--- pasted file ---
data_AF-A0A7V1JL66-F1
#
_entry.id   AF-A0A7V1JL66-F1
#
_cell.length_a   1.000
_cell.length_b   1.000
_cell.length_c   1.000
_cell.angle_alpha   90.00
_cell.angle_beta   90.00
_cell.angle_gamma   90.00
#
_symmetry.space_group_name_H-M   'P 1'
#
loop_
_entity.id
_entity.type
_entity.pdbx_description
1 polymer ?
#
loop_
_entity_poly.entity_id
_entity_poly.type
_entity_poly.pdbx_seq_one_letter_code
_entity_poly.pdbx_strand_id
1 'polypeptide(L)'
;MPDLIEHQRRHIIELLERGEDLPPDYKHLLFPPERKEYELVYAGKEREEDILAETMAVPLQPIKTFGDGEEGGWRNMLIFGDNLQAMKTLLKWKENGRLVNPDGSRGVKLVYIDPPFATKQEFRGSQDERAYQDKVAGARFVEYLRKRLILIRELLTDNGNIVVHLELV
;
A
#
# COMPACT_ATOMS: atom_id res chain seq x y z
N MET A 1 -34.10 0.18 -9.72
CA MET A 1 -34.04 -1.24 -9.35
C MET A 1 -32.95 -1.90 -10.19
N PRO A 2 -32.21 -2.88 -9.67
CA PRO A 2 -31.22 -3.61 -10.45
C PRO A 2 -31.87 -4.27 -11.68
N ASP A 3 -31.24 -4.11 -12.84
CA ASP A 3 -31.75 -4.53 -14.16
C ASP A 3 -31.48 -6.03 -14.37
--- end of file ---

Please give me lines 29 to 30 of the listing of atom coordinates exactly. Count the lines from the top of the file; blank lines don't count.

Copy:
#
# COMPACT_ATOMS: atom_id res chain seq x y z